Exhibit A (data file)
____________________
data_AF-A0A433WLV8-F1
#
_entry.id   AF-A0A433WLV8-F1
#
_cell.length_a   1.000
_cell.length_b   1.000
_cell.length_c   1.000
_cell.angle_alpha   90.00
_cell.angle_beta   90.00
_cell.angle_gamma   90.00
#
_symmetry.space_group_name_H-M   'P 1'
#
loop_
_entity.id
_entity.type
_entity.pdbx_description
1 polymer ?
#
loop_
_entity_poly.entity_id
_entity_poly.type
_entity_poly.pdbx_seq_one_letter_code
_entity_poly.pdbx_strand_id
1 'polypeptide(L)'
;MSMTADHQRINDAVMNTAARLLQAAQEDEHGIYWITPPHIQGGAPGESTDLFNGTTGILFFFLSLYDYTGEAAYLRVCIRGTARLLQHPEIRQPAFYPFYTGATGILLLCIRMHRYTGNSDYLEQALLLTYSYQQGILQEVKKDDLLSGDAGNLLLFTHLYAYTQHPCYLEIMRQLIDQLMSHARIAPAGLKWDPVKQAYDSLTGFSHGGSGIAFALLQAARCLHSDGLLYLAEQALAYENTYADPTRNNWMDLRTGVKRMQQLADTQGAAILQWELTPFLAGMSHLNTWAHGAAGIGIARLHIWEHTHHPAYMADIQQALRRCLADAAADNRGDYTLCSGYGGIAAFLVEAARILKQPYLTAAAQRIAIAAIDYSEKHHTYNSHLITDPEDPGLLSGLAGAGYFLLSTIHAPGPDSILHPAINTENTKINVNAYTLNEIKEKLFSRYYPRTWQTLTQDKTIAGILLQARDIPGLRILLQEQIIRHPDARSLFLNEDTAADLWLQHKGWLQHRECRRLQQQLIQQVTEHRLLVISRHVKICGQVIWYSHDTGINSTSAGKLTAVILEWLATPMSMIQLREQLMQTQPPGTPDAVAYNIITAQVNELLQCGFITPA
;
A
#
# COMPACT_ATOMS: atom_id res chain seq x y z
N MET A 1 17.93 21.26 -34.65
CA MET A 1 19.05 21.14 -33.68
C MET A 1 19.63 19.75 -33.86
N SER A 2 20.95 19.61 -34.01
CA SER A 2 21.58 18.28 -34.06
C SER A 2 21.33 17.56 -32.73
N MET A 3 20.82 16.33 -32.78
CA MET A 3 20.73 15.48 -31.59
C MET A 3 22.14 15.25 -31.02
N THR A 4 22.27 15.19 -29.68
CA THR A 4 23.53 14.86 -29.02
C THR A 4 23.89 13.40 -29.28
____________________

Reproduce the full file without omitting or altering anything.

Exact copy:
data_AF-A0A433WLV8-F1
#
_entry.id   AF-A0A433WLV8-F1
#
_cell.length_a   1.000
_cell.length_b   1.000
_cell.length_c   1.000
_cell.angle_alpha   90.00
_cell.angle_beta   90.00
_cell.angle_gamma   90.00
#
_symmetry.space_group_name_H-M   'P 1'
#
loop_
_entity.id
_entity.type
_entity.pdbx_description
1 polymer ?
#
loop_
_entity_poly.entity_id
_entity_poly.type
_entity_poly.pdbx_seq_one_letter_code
_entity_poly.pdbx_strand_id
1 'polypeptide(L)'
;MSMTADHQRINDAVMNTAARLLQAAQEDEHGIYWITPPHIQGGAPGESTDLFNGTTGILFFFLSLYDYTGEAAYLRVCIRGTARLLQHPEIRQPAFYPFYTGATGILLLCIRMHRYTGNSDYLEQALLLTYSYQQGILQEVKKDDLLSGDAGNLLLFTHLYAYTQHPCYLEIMRQLIDQLMSHARIAPAGLKWDPVKQAYDSLTGFSHGGSGIAFALLQAARCLHSDGLLYLAEQALAYENTYADPTRNNWMDLRTGVKRMQQLADTQGAAILQWELTPFLAGMSHLNTWAHGAAGIGIARLHIWEHTHHPAYMADIQQALRRCLADAAADNRGDYTLCSGYGGIAAFLVEAARILKQPYLTAAAQRIAIAAIDYSEKHHTYNSHLITDPEDPGLLSGLAGAGYFLLSTIHAPGPDSILHPAINTENTKINVNAYTLNEIKEKLFSRYYPRTWQTLTQDKTIAGILLQARDIPGLRILLQEQIIRHPDARSLFLNEDTAADLWLQHKGWLQHRECRRLQQQLIQQVTEHRLLVISRHVKICGQVIWYSHDTGINSTSAGKLTAVILEWLATPMSMIQLREQLMQTQPPGTPDAVAYNIITAQVNELLQCGFITPA
;
A
#
# COMPACT_ATOMS: atom_id res chain seq x y z
N MET A 1 17.93 21.26 -34.65
CA MET A 1 19.05 21.14 -33.68
C MET A 1 19.63 19.75 -33.86
N SER A 2 20.95 19.61 -34.01
CA SER A 2 21.58 18.28 -34.06
C SER A 2 21.33 17.56 -32.73
N MET A 3 20.82 16.33 -32.78
CA MET A 3 20.73 15.48 -31.59
C MET A 3 22.14 15.25 -31.02
N THR A 4 22.27 15.19 -29.68
CA THR A 4 23.53 14.86 -29.02
C THR A 4 23.89 13.40 -29.28